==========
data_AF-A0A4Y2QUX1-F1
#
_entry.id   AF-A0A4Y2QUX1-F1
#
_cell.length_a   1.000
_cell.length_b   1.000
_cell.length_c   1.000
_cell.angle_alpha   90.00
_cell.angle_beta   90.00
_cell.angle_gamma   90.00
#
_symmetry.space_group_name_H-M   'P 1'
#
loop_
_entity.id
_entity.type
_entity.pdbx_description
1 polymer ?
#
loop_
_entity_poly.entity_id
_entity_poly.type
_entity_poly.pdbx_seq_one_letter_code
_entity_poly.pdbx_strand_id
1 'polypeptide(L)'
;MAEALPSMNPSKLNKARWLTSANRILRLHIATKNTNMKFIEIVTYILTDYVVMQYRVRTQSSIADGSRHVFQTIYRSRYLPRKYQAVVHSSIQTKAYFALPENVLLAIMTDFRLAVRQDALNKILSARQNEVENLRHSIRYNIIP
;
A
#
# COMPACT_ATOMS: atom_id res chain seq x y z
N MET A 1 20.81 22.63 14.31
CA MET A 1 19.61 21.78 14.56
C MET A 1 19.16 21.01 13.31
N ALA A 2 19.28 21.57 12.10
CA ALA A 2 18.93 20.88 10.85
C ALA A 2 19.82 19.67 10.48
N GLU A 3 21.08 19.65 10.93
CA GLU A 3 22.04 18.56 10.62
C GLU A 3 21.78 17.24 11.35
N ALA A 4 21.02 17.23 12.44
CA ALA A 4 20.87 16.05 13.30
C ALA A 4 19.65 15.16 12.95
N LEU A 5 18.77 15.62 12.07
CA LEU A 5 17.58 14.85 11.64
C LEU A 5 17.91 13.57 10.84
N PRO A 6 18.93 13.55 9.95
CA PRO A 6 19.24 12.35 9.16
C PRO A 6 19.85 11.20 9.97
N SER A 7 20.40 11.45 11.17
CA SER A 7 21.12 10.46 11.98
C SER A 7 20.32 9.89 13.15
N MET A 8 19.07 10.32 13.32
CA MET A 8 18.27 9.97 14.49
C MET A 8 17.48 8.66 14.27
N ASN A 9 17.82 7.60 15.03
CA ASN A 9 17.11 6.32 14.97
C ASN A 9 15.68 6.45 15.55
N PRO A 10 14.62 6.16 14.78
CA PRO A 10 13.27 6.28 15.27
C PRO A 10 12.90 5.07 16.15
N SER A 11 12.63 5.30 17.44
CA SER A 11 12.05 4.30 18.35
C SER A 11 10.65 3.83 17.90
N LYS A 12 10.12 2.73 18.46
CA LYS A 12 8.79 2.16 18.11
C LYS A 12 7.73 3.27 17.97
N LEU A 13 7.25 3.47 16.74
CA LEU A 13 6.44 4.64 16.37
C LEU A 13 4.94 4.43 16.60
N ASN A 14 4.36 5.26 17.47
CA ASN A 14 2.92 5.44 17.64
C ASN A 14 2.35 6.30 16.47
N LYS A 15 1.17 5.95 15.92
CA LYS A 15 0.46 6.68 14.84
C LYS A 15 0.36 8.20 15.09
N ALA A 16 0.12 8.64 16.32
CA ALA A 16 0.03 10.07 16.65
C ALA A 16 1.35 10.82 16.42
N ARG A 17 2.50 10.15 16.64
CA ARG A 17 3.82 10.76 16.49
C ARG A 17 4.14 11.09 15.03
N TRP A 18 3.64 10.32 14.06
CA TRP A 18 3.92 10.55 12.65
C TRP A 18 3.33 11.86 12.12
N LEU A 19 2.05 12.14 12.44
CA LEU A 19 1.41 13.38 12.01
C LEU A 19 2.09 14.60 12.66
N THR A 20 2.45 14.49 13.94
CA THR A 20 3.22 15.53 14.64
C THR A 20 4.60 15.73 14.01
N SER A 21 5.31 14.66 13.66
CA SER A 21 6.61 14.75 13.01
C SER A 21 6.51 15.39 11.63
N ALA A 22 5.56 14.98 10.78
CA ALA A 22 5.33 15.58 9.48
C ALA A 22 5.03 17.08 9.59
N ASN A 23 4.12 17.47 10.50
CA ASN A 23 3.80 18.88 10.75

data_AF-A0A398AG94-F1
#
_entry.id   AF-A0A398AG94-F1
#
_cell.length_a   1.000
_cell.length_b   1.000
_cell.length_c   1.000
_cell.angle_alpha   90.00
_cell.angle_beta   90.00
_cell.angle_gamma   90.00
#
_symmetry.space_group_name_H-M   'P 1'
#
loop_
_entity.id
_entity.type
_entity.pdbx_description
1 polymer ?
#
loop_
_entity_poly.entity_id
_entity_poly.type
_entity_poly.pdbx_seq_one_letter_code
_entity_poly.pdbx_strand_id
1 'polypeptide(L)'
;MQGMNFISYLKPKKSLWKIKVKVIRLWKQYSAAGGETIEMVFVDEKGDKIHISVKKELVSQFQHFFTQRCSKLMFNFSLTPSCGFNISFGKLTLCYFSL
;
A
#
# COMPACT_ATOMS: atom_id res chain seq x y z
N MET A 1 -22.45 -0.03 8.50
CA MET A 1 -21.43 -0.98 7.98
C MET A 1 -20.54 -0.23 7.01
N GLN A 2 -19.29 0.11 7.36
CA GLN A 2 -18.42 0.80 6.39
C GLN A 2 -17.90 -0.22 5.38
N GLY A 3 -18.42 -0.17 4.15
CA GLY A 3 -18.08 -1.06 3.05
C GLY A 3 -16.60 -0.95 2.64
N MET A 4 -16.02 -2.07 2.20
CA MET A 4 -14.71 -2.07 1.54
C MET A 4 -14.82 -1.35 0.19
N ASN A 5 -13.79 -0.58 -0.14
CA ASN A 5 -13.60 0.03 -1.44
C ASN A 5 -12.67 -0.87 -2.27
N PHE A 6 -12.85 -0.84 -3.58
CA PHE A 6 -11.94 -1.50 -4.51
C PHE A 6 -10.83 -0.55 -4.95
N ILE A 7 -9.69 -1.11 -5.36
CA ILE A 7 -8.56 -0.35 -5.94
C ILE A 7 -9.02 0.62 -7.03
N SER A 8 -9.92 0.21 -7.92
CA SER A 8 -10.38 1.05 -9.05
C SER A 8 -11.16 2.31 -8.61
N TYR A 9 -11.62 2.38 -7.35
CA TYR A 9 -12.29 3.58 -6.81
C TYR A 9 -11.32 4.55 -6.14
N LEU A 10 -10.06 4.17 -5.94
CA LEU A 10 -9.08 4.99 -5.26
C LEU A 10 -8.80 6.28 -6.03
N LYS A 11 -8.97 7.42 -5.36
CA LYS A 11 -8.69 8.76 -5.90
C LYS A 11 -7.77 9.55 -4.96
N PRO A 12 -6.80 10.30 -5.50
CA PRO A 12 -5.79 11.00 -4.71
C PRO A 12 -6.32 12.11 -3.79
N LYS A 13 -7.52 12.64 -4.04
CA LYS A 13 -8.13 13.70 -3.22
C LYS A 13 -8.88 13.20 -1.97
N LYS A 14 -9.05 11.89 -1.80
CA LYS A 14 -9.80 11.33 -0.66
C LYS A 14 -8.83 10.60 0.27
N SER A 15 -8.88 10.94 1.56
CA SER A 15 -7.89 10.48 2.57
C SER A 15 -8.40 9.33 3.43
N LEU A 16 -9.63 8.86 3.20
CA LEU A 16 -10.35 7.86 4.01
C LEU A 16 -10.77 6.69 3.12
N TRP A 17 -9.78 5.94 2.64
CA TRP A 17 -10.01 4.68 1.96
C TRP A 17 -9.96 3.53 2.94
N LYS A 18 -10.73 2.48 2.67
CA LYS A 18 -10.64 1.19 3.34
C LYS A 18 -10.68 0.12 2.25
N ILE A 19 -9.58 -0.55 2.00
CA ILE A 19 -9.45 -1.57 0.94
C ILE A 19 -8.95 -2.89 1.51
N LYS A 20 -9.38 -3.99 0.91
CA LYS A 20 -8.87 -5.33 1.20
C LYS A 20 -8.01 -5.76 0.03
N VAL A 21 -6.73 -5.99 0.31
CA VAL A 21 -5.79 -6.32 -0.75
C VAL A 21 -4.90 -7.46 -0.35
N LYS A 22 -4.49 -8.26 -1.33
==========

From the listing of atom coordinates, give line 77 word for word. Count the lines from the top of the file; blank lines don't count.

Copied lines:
CA ALA A 16 0.03 10.07 16.65